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The Masked Tulip

Repossession Advice

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This from over on the MSE forum. I wonder just how many people are in the same situation? Trying to sell for a few years, non-mortgage debt on top?

Hi,

We are way behind with our mortgage repayments due to losing my job, not entitled to any goverment scheme.

The mortgage lender has given us until the end of the month to sell via ourselvels, otherwise they will begin repossession actions.

My partner and I have other unsecured debt, are we best looking at handing the keys back and going for a IVA or bankrupt?

If we let the lender repossess the house via the courts when do they stop adding fees and intrest to the account?

When they reposses it or when it is sold on?

Any advice is great

http://forums.moneysavingexpert.com/showthread.php?t=2694745

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It's grim, how many others are in this position ?

The answer to the question when does the lender stop adding fees and interest ?

Answer when the house is sold , then if any short fall the add interest to that and chase you for the debt's , very grim.

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It's grim, how many others are in this position ?

The answer to the question when does the lender stop adding fees and interest ?

Answer when the house is sold , then if any short fall the add interest to that and chase you for the debt's , very grim.

You do wonder just how many are in this position in the UK?

Brits put on a public face but you would expect, by now, to be hearing much more anecdotal evidence.

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It's grim, how many others are in this position ?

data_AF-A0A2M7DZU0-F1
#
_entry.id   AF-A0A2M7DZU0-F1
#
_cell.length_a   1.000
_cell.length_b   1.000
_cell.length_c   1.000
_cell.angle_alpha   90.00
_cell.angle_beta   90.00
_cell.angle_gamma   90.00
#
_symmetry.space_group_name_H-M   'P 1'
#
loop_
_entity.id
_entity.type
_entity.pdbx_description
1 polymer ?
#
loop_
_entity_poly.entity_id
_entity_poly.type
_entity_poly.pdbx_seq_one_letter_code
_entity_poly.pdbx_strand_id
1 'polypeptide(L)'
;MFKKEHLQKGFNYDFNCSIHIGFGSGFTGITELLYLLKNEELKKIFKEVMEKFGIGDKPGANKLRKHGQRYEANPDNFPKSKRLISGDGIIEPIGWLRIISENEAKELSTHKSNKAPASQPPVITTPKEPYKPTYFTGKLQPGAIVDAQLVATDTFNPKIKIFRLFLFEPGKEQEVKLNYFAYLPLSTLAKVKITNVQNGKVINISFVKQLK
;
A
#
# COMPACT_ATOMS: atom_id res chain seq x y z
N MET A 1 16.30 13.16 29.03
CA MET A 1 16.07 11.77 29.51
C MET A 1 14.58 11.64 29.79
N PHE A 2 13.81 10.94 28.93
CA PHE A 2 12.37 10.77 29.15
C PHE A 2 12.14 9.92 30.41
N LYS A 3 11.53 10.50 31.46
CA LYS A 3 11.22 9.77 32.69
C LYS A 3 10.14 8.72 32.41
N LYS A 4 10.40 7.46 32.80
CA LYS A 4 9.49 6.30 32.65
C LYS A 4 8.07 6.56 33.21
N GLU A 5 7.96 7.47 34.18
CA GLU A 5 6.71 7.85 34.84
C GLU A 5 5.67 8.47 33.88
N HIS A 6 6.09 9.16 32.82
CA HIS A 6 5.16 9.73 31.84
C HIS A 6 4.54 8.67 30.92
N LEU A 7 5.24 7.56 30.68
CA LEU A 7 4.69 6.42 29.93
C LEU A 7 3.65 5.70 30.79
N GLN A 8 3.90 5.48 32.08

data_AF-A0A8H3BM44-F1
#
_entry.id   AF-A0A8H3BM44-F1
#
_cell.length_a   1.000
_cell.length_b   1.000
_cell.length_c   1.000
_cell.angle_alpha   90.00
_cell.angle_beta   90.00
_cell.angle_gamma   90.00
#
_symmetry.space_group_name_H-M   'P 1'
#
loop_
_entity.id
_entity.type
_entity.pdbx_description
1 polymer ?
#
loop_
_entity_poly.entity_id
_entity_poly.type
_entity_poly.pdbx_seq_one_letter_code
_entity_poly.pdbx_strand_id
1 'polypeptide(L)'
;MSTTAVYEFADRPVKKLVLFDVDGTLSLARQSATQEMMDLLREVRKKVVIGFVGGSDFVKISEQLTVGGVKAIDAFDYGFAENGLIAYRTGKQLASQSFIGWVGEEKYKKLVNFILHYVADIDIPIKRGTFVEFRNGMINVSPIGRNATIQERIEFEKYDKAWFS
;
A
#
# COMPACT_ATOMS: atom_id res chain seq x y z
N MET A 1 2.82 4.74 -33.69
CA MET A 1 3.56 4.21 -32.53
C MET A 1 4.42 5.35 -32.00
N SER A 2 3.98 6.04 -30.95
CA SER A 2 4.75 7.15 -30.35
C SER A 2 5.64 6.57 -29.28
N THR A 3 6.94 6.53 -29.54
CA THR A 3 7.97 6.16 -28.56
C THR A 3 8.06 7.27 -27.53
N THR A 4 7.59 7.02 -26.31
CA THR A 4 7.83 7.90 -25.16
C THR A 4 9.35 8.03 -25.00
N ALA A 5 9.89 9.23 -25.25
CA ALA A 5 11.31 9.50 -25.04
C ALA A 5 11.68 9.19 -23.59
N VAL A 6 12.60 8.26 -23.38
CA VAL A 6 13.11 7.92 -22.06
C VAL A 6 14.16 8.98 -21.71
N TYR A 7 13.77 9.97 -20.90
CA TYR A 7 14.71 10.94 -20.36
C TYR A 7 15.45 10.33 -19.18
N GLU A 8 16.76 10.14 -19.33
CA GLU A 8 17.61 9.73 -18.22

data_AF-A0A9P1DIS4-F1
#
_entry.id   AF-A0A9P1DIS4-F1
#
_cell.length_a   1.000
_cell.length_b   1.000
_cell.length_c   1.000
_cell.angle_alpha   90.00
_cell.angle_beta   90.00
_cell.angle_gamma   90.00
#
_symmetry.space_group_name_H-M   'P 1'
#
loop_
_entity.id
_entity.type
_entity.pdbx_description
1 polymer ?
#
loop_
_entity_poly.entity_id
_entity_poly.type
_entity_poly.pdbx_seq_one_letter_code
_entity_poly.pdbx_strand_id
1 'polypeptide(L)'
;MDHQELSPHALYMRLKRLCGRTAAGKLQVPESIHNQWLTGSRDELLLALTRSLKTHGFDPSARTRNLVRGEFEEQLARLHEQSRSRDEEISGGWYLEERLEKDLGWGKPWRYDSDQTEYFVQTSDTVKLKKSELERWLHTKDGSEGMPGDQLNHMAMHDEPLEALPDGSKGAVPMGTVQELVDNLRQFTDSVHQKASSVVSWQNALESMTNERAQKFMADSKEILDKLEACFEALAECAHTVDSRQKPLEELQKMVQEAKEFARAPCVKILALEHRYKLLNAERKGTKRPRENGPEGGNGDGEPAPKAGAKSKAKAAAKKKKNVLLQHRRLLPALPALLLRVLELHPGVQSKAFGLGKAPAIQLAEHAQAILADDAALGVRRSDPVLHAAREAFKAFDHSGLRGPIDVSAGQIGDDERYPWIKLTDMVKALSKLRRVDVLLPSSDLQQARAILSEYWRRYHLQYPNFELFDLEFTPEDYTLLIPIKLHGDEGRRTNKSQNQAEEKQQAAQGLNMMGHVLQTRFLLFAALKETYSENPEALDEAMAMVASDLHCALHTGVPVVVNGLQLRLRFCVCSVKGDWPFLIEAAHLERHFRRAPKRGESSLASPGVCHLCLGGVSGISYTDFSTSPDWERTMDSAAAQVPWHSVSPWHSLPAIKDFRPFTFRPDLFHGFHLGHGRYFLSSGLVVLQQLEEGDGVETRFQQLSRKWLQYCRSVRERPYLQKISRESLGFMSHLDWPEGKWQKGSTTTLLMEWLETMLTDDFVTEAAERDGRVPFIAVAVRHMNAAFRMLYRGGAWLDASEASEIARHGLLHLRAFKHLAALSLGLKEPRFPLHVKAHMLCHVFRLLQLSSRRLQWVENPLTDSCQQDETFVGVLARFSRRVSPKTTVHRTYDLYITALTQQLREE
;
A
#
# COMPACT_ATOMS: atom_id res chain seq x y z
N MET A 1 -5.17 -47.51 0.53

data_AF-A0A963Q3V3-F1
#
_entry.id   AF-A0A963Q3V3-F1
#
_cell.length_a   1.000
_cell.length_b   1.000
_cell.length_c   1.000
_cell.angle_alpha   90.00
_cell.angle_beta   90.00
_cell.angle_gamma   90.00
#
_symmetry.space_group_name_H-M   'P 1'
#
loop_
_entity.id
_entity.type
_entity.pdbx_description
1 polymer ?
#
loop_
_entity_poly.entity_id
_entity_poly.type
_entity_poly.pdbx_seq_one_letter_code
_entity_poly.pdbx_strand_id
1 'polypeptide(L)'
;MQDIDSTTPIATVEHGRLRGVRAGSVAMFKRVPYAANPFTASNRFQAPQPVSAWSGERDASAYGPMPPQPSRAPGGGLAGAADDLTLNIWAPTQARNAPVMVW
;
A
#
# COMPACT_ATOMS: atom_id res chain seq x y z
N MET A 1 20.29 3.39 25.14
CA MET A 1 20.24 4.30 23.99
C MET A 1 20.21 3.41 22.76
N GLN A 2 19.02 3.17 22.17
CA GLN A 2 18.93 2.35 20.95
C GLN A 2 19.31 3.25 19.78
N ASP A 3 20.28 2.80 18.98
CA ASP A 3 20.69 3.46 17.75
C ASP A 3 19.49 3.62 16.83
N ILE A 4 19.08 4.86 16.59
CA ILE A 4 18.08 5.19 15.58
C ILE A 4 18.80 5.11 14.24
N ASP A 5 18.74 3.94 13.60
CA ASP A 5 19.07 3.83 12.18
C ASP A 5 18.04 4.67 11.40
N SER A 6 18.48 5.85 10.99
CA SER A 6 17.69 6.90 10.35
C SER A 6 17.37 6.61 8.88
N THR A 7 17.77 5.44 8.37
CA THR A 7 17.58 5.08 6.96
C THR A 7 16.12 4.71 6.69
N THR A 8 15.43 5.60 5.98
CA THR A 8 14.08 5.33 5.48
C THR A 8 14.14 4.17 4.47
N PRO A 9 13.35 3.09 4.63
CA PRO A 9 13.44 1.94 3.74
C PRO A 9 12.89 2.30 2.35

Surely you mean great? And hopefully lots in this position. The crash we all waited for isnt going to happen without a lot of misery and suffering. How could it? :D

Or did you think that somehow prices were going to halve and everyone be happy and safe?

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I like MSE it's good to see how things are on the frontline of the market.

I read a thread the other day where someone was trying to switch agents. The new agent told them they would only take the property on if the knocked 15k off the asking price. The vendors said no how about if we knock £5k off? To which the EA said he would think about it :lol:

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Surely you mean great? And hopefully lots in this position. The crash we all waited for isnt going to happen without a lot of misery and suffering. How could it? :D

Or did you think that somehow prices were going to halve and everyone be happy and safe?

No im not sick in the head like yourself, I beleive that there will be a house price correction and there will be much misery and suffering but i don't get a h--d on like you do over peoples misery.

By the way judging by what you write on here , I dought that even if houses half you will ever buy , something about what you say does not ring true, you put yourself up as some high flyer , well surely a high flyer with big bucks earnings would have bought a house and made up any losses with their earnings . That's the way high flyers do things . They earn so well and know that their own worth will ride any storm ( no pun intended ) . They would not waste time waiting for a crash and would see losses on the value of their house better than dead rent money. How come you never bought pre boom ? did you not see where things were heading ? you could have bought and then sold at the top , or are you not that clever ?